Still psychiatrists went on behaving as if antipsychotics were essentially benign and arguing that they were necessary to prevent an underlying toxic brain disease (7). Andreasen’s 2011 paper was widely publicized however, and it started to be acknowledged that antipsychotics can cause brain shrinkage. Almost as soon as the cat was out of the bag, however, attention was diverted back to the idea that the real problem is the mental condition.

Later in 2011 Andreasen’s group published a paper that reasserted the idea that schizophrenia is responsible for brain shrinkage (rather than the now established fact that the drugs were causing the treated brain to shrink). In this paper there was barely a mention of the effects of antipsychotics that were revealed in the group’s earlier paper (8). What the authors did in the second paper was to assume that any shrinkage that could not be accounted for by the… antipsychotic effects must be attributable to the underlying disease.


…without a comparison group which has not been medicated, (a virtual impossibility in this day and age) it is simply not possible to conclude that any part of the observed effect is not drug-induced.

The latest paper by this research group replicates the findings on antipsychotic-induced brain shrinkage, but also (falsely) claims that brain volume reduction is related to having a ‘relapse’ (10).… The most recent analysis ignores the probable association between antipsychotic treatment intensity and relapse, but it seems likely that people undergoing periods of ‘relapse,’ (or more accurately, deterioration of symptoms), would be treated with higher doses of antipsychotics. If this is so, and the two variables ‘relapse’ and ‘treatment intensity’ are correlated with each other, then the analysis is questionable since the statistical methods used assume that the variables are independent of each other.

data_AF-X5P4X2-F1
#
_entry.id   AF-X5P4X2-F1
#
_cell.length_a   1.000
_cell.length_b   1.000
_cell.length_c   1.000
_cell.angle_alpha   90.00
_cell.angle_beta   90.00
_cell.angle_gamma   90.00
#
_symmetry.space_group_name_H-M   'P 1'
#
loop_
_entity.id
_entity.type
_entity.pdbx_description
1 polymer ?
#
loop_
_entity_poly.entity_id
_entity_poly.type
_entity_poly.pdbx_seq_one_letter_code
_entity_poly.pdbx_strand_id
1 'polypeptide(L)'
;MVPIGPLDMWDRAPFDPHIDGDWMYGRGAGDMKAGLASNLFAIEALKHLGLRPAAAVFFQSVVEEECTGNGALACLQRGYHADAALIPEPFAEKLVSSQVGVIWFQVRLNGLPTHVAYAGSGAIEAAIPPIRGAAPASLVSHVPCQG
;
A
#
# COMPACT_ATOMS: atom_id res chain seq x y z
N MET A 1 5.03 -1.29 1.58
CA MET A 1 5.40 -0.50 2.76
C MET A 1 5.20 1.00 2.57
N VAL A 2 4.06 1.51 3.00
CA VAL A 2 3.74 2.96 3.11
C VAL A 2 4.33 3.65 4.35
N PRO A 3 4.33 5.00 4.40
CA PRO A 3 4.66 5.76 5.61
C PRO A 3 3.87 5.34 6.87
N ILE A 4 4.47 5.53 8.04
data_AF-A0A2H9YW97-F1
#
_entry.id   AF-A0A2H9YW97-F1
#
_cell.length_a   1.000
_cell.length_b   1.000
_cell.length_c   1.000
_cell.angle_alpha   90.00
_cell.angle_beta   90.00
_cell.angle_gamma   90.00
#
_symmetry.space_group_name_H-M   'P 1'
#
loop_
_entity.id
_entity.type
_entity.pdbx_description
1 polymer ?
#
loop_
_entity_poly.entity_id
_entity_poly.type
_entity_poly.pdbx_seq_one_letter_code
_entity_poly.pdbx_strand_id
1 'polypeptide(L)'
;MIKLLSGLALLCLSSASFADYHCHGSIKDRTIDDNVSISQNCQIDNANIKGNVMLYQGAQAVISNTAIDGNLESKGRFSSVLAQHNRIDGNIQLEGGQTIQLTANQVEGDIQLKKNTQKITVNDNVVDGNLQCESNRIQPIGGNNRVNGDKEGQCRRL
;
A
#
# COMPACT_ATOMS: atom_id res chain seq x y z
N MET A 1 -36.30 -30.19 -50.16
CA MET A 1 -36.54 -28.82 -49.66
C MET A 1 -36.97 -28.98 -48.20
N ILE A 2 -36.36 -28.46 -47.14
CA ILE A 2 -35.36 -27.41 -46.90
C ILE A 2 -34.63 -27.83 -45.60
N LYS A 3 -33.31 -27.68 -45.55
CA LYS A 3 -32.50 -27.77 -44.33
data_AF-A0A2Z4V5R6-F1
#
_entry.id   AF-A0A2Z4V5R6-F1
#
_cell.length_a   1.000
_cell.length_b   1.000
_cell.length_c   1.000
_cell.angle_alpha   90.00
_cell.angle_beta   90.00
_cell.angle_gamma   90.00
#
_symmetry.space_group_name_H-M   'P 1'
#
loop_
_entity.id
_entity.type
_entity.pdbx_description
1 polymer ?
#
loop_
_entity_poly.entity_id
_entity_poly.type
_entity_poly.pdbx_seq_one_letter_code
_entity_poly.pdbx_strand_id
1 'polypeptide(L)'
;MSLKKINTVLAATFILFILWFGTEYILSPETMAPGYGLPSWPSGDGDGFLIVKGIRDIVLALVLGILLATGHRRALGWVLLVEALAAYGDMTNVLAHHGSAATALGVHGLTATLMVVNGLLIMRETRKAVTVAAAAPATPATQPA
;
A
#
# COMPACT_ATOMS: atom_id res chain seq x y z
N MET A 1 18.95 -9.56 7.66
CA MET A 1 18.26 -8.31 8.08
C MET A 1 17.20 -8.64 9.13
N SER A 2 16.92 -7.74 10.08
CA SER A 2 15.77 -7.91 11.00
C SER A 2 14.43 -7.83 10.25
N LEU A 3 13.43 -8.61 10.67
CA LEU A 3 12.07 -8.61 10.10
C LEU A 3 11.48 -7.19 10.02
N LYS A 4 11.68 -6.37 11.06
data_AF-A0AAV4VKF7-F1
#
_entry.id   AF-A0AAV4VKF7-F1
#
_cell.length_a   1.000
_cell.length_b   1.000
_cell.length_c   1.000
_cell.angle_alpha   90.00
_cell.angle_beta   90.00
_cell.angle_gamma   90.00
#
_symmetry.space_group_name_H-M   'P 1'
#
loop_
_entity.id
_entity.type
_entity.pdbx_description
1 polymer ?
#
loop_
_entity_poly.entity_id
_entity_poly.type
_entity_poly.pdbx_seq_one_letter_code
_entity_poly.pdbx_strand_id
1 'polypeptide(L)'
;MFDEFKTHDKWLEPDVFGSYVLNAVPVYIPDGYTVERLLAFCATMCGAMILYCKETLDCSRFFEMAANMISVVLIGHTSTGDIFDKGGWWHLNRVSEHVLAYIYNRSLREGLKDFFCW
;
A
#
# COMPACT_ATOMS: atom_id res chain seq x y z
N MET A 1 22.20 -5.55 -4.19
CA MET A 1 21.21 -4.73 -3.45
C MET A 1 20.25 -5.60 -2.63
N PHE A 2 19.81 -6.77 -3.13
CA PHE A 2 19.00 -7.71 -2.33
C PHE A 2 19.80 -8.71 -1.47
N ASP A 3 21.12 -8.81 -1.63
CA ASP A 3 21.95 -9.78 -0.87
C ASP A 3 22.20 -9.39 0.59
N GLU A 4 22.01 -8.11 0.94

So Andreasen’s group has found strong evidence of an antipsychotic induced effect, which they have replicated in two analyses now….

These researchers seem determined to prove (falsely) that ‘schizophrenia’ causes brain shrinkage… Their recent analysis once again confirms the damaging effects of antipsychotics, but the authors largely discount the effects of drug treatment and conclude that patients must not stop their antipsychotics. The only concession made to the antipsychotic-induced changes the study reveals is the suggestion that low doses of antipsychotics should be used where possible.